Could it be that God so jealously desires the fellowship of His people that He doesn’t want to let us go? In Zechariah 8:2 the Lord says “I am exceedingly jealous for Zion. . .” Does He so jealously desires our fellowship that He is unwilling to let us go and begs us to stay with Him yet another day? The answer is a resounding “yes.” His people (in the Old Testament) will not gather again for six months (Passover). Hence, he pleads “stay longer, be with me, let us worship together.” God will miss the gathering of His people, the music, the festivities, the unity.

Shemini Atzeret is a separate holiday. The symbols and rituals of Sukkot are not observed. A prayer for rain is recited because the rainy season is coming. There is candle lighting and a prayer over the wine (Kiddush) is said. In Israel, this eighth day is combined with a non-biblical holiday, Simchat Torah (rejoicing over the Torah). In the Diaspora, Simchat Torah becomes the ninth day of celebration. Nine, in Hebrew, is three (perfection) times three (perfection). Another subject for another time, but could it be that God wants to perfect us until we become like Him? You know that answer!

For the Jewish people, perfection comes in the Torah. Although it is a non-biblical holiday, Simchat Torah marks the completion of the cycle of the Torah readings in the synagogue. The rejoicing over the Torah makes a statement. Whatever the law denies, whatever suffering God’s people have undergone for upholding His law, the covenant as written in the Torah, affirms and enriches life. On this eighth or ninth day, the Torah is taken out of the Ark, and delight in His law is observed with great rejoicing, dancing, and singing. It is customary on this day for the Jewish people to go outside and dance around the Torah announcing their solidarity with world Jewry and declare “Am Yisrael Chai,” the people Israel lives, and to declare “Od Aveeynu Chai,” our Heavenly Father lives.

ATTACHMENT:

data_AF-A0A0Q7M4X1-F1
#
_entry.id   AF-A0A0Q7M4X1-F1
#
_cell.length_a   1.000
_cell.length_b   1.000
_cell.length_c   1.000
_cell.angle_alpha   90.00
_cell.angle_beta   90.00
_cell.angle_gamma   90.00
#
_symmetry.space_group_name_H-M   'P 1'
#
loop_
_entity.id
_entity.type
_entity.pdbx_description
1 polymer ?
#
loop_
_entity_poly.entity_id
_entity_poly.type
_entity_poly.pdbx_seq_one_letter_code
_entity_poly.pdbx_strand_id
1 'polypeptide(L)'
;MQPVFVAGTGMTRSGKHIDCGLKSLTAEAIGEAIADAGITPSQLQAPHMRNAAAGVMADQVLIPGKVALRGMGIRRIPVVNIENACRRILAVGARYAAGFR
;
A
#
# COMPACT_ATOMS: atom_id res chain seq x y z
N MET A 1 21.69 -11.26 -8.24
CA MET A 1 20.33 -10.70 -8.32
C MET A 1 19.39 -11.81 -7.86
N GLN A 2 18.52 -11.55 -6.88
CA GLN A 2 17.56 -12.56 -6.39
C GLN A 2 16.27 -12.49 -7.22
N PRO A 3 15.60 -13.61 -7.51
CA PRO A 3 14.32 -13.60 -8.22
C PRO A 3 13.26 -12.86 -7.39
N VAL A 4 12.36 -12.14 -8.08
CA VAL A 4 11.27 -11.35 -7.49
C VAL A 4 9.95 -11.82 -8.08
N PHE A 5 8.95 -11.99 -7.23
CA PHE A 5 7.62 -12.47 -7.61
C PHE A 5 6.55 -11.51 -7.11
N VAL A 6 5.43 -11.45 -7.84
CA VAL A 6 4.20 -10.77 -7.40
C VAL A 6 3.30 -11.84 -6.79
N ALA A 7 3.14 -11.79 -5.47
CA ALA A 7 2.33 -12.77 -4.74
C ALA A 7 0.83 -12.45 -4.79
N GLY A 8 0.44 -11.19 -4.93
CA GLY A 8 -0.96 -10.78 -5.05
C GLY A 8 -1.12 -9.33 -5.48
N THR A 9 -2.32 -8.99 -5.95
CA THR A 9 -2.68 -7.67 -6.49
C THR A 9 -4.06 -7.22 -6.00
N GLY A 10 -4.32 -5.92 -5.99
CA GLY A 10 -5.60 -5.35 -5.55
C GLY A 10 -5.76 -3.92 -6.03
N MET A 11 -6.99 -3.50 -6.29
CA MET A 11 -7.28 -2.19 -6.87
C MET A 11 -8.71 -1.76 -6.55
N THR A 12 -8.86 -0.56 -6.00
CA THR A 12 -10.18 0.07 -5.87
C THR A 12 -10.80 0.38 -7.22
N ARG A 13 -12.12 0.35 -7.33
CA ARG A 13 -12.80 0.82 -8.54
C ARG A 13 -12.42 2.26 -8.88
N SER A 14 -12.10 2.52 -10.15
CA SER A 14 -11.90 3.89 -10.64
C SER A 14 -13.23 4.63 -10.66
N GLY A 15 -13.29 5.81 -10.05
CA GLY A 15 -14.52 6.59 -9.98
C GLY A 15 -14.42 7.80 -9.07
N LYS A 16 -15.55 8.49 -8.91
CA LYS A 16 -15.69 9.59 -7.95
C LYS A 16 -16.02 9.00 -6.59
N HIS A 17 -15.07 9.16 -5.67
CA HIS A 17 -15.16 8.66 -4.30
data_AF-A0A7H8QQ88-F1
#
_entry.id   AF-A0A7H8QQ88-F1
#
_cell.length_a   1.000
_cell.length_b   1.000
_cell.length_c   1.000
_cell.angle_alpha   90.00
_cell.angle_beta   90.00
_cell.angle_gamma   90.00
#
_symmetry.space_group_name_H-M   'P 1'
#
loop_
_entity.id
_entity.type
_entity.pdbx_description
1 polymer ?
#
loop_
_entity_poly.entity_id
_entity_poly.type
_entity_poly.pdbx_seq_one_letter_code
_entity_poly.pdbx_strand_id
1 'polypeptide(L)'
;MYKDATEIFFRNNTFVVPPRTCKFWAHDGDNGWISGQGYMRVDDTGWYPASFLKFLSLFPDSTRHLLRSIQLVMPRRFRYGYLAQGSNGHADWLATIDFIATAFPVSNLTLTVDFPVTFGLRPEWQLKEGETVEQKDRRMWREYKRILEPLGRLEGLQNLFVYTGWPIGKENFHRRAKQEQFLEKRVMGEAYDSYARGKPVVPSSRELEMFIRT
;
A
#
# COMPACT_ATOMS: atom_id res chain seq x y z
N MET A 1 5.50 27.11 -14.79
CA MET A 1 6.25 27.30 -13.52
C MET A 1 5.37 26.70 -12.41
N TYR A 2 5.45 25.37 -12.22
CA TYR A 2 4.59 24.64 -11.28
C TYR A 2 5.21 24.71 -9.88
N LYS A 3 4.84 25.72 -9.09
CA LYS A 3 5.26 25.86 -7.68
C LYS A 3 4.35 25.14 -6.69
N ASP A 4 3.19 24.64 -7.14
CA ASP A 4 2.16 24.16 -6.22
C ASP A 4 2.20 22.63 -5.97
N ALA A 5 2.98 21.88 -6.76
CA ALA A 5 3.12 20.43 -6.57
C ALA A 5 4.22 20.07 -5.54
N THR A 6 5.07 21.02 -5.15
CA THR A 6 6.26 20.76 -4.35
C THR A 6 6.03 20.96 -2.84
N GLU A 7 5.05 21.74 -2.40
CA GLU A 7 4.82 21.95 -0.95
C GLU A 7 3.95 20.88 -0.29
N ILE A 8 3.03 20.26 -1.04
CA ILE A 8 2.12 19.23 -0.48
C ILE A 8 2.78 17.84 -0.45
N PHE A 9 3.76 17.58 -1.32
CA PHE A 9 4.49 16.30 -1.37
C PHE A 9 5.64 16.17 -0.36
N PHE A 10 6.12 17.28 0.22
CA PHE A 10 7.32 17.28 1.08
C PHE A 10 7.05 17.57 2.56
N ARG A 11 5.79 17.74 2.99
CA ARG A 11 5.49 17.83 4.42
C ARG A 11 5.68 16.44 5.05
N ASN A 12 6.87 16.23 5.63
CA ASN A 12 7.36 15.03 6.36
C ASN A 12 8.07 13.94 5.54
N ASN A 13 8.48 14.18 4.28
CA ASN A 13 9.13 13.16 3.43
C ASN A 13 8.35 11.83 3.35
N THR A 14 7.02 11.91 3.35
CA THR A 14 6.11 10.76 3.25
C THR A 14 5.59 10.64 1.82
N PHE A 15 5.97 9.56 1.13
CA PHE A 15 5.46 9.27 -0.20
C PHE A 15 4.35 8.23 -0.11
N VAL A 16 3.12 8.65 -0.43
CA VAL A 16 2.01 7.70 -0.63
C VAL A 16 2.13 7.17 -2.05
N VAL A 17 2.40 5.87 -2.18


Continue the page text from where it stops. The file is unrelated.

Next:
One further note of reflection, Shemini Atzeret is the eighth day—that is the day after seven. Seven being a perfect number in Judaism, signifies a complete unit of time. Thus, the eighth day is the day after time. It is not just the promise of redemption but the actual moment of it. God said, “Remain with me (atzeret) an extra day,” a time beyond time. Shemini Atzeret is a taste of the Messianic Age, a time when we are one with God. This all climaxes with Simchat Torah. Instead of circling around the Torah scrolls (as is done on Sukkot), the Jewish people circle with the Torah scrolls. We take the connecting link between us and God (His Word), our marriage contract, and circle around with the One who fulfills everything. What greater joy is there than to know we are one with God.